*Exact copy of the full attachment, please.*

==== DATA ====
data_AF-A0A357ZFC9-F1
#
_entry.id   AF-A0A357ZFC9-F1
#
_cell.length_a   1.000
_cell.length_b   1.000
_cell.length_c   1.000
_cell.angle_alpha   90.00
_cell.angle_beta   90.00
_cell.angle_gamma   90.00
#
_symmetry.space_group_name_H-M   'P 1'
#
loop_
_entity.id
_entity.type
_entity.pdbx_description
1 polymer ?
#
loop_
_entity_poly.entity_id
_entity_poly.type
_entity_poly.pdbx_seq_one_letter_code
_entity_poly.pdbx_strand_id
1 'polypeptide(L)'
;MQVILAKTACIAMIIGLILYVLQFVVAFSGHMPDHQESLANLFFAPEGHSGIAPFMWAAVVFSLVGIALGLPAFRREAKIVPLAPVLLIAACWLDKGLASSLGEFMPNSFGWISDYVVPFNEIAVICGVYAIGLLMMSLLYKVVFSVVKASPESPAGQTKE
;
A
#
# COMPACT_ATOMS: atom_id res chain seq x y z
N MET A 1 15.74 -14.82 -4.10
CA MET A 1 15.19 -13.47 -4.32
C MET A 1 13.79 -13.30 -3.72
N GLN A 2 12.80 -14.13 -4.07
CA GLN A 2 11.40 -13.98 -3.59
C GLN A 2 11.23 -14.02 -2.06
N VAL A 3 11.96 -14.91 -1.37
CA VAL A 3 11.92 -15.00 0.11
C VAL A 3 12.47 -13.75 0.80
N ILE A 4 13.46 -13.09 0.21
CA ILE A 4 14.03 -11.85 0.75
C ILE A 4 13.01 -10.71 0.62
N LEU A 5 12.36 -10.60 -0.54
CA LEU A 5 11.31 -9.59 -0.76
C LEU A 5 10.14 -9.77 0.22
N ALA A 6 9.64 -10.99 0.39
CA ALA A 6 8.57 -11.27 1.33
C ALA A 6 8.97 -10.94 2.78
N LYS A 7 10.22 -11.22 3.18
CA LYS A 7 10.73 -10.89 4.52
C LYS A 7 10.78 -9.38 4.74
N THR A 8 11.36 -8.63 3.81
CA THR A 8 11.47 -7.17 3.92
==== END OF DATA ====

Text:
data_AF-A0A357ZFC9-F1
#
_entry.id   AF-A0A357ZFC9-F1
#
_cell.length_a   1.000
_cell.length_b   1.000
_cell.length_c   1.000
_cell.angle_alpha   90.00
_cell.angle_beta   90.00
_cell.angle_gamma   90.00
#
_symmetry.space_group_name_H-M   'P 1'
#
loop_
_entity.id
_entity.type
_entity.pdbx_description
1 polymer ?
#
loop_
_entity_poly.entity_id
_entity_poly.type
_entity_poly.pdbx_seq_one_letter_code
_entity_poly.pdbx_strand_id
1 'polypeptide(L)'
;MQVILAKTACIAMIIGLILYVLQFVVAFSGHMPDHQESLANLFFAPEGHSGIAPFMWAAVVFSLVGIALGLPAFRREAKIVPLAPVLLIAACWLDKGLASSLGEFMPNSFGWISDYVVPFNEIAVICGVYAIGLLMMSLLYKVVFSVVKASPESPAGQTKE
;
A
#
# COMPACT_ATOMS: atom_id res chain seq x y z
N MET A 1 15.74 -14.82 -4.10
CA MET A 1 15.19 -13.47 -4.32
C MET A 1 13.79 -13.30 -3.72
N GLN A 2 12.80 -14.13 -4.07
CA GLN A 2 11.40 -13.98 -3.59
C GLN A 2 11.23 -14.02 -2.06
N VAL A 3 11.96 -14.91 -1.37
CA VAL A 3 11.92 -15.00 0.11
C VAL A 3 12.47 -13.75 0.80
N ILE A 4 13.46 -13.09 0.21
CA ILE A 4 14.03 -11.85 0.75
C ILE A 4 13.01 -10.71 0.62
N LEU A 5 12.36 -10.60 -0.54
CA LEU A 5 11.31 -9.59 -0.76
C LEU A 5 10.14 -9.77 0.22
N ALA A 6 9.64 -10.99 0.39
CA ALA A 6 8.57 -11.27 1.33
C ALA A 6 8.97 -10.94 2.78
N LYS A 7 10.22 -11.22 3.18
CA LYS A 7 10.73 -10.89 4.52
C LYS A 7 10.78 -9.38 4.74
N THR A 8 11.36 -8.63 3.81
CA THR A 8 11.47 -7.17 3.92